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PCM progress report no. 2: Review of PCM-related activities in early 2011

Posted: 11 Apr 2011 ?? ?Print Version ?Bookmark and Share

Keywords:phase change memory? carbon nano-tubes? Write-erase lifetime?

Last month, EETimes [1] reported on the study tackling low power phase change memory (PCM) devices. Workers at University of Illinois Urbana-Champaign have reported their results for phase change memory (PCM) devices formed by creating narrow 20C30nm gaps in 3nm diameter carbon nano-tubes (CNTs) and opened some new directions for further investigation [2].

Current density
While the authors [2] comment optimistically on fabricating low power PCMs, there is no discussion of current density. They describe their "best" results, obtained from PCM devices with set/rest currents of 1uA/5uA respectively with 3V across a 20-30nm gap and their stated carbon nano-tube diameter as 3nm. Assuming that the contact is solid planar, the contact current density calculates as

J = 7 x 10+7 Amps/sq-cm.

The authors [2] report higher values of reset currents 8uA, for what as described as not their "best" devices, for unspecified reasons, increasing the calculated current density value (J) to ~1 x 10+8 A/sq-cm. If the electrodes are truly tubular, as illustrated in figure 1(a) and the notional contact is as shown, the contact current density is likely to exceed this value. Even if the region of molten chalcogenide penetrates into and around the end of the CNT tube during reset, enlarging the contact area as illustrated in figure 1(b), the total contact area will still involve only a few hundred atoms.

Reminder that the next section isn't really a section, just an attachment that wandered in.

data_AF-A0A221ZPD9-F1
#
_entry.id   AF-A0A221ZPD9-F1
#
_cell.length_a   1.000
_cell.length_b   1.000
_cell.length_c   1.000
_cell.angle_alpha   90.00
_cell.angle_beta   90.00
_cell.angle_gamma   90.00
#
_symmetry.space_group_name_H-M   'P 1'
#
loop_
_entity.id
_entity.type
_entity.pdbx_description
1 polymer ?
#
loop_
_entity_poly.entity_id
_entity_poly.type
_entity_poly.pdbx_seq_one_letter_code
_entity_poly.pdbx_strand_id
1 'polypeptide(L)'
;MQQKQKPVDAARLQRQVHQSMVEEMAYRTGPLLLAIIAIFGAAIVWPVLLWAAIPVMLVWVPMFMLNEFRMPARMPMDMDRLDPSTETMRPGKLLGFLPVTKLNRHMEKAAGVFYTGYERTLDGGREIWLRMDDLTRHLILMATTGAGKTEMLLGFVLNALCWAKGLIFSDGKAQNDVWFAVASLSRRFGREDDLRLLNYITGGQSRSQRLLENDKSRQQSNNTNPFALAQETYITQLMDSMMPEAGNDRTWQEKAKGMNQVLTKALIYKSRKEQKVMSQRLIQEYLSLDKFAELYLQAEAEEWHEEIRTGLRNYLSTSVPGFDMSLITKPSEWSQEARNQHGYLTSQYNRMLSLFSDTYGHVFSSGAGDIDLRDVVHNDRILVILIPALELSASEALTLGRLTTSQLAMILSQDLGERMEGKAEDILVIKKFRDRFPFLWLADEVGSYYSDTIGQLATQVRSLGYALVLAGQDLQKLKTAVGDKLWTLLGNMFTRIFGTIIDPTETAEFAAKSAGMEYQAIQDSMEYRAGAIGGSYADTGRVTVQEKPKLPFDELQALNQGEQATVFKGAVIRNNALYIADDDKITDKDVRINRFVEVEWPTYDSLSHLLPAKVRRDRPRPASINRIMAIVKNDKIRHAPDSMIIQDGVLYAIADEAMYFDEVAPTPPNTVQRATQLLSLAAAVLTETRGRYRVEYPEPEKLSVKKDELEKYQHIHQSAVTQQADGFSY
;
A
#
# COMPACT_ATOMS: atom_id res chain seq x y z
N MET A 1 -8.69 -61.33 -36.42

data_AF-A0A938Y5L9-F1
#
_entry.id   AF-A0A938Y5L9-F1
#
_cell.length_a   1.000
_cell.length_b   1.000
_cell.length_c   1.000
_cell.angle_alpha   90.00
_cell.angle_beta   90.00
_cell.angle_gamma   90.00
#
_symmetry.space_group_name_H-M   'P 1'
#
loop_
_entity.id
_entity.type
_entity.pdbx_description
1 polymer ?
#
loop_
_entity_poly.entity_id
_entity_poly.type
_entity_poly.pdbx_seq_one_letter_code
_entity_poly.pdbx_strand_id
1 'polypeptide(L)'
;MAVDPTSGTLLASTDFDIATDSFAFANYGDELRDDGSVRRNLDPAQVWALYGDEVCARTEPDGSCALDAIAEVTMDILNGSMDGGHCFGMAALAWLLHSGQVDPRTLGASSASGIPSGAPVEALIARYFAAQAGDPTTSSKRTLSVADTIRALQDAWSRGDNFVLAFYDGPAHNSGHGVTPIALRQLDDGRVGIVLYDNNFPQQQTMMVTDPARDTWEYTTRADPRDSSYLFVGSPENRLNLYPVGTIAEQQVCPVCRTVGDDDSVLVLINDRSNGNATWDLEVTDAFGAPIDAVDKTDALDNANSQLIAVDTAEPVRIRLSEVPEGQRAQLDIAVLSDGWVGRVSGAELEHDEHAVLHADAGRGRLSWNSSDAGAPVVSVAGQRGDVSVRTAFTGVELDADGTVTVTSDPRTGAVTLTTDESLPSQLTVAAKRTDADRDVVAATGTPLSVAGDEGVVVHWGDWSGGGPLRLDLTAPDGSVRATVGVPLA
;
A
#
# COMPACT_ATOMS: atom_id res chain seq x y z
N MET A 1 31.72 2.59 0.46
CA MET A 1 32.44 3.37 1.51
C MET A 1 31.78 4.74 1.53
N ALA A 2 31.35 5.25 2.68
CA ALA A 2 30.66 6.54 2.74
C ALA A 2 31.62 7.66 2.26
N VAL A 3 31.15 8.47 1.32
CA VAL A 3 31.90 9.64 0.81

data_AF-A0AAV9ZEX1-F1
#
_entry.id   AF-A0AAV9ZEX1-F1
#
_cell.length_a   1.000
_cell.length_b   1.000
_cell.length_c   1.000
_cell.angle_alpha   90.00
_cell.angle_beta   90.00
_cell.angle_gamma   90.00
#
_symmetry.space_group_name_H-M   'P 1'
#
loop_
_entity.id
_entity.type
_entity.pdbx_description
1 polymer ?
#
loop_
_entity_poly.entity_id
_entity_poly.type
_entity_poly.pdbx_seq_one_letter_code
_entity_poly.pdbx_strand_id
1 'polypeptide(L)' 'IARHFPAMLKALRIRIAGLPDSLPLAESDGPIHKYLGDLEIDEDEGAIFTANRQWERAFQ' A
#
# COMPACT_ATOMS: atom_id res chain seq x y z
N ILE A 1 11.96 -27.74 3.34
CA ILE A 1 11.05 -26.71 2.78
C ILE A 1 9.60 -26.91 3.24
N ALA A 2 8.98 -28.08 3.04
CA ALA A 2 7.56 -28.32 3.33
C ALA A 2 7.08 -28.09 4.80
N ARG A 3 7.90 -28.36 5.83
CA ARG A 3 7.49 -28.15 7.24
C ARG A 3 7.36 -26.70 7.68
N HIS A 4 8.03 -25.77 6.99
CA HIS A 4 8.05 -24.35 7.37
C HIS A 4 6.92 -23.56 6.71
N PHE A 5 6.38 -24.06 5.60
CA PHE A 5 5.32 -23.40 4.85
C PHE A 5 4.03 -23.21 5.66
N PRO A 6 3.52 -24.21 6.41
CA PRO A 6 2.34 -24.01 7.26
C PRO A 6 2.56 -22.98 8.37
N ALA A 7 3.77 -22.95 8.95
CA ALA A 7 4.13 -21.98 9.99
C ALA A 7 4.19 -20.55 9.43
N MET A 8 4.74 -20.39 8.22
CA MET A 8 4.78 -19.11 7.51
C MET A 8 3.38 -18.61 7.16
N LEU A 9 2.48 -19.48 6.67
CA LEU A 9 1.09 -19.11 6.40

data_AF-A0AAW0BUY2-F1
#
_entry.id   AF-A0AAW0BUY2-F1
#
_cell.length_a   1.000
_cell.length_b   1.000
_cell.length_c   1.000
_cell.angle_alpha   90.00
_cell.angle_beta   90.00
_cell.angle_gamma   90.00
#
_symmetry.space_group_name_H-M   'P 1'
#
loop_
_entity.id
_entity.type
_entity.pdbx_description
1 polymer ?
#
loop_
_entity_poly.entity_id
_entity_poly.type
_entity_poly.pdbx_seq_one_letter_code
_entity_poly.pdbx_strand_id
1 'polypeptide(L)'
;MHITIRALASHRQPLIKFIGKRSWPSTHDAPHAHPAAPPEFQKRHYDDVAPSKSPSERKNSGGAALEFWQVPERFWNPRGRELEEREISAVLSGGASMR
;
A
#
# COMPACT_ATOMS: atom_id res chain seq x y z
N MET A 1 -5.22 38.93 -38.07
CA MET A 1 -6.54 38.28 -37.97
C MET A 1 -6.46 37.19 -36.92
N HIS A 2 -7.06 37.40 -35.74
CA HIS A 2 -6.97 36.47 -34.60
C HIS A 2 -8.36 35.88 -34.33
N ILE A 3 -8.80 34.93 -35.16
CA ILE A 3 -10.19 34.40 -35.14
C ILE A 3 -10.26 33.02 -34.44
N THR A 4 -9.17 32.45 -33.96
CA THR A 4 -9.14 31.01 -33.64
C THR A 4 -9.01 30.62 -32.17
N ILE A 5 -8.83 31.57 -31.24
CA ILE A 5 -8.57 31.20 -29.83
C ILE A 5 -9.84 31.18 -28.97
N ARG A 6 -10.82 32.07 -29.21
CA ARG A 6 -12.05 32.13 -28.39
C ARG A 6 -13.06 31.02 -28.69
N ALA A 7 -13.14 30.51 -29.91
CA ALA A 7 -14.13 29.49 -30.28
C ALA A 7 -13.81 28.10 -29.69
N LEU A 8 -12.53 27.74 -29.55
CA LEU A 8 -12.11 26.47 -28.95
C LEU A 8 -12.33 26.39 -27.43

Figure 1: Diagram showing two cutaway views of one electrode of a carbon nanotube (CNT- PCM, (a) the notional contact area of an annulus of atoms,(b) cutaway section CNT-PCM during reset.

Atomic force microscope (AFM) evidence from [2] appears to show a flat spherical shaped region of active material equal to about 2 to 3 diameters, approximately the gap width. This suggests the molten region may not extend very far into the CNT. As well as the active region, the calculated levels of current density will have a deleterious effect on other components in an array and that is already one of the serious and ongoing PCM problems.

With respect to current density, there is now good evidence [3], summarized by this author in [4] that during reset the molten GST material acts like an electrochemical cell (plating bath) and it is that process that accounts for element separation, composition change and eventual failure. Therefore an argument might be made that an emphasis on current density as the "villain in the piece" for the memory device, especially for the very small contact area of the CNT-PCM devices might be misplaced. Current density is in effect the signature of the presence of the "electrochemical cell" plating voltage, with the former necessary to maintain a very small volume of chalcogenide in a molten state.

Write-erase lifetime
The authors [2] suggest that they were able to get 200 write/erase cycles from the carbon nano-tube devices. Their write/erase cycle time set/reset was 150/50ns. Add to that some read verify time it would not take long to reach 1000+ cycles. So, it must be assumed 200 cycles was somewhere close to a maximum.

What would be more important to know is was the predominant failure on state or off state? One of the key pieces of information provided that might be significant to the observed write/erase lifetime is the fact that all devices were reported by [2] as having very similar "on" state resistance. An explanation of this might be the domination of the total resistance of the "on" state by the spreading resistance of the very small contact area between the two ends of the 3nm CNTs and the crystallized region. Examination of the micrographs [2] suggests that the active region is of a flat spherical form.

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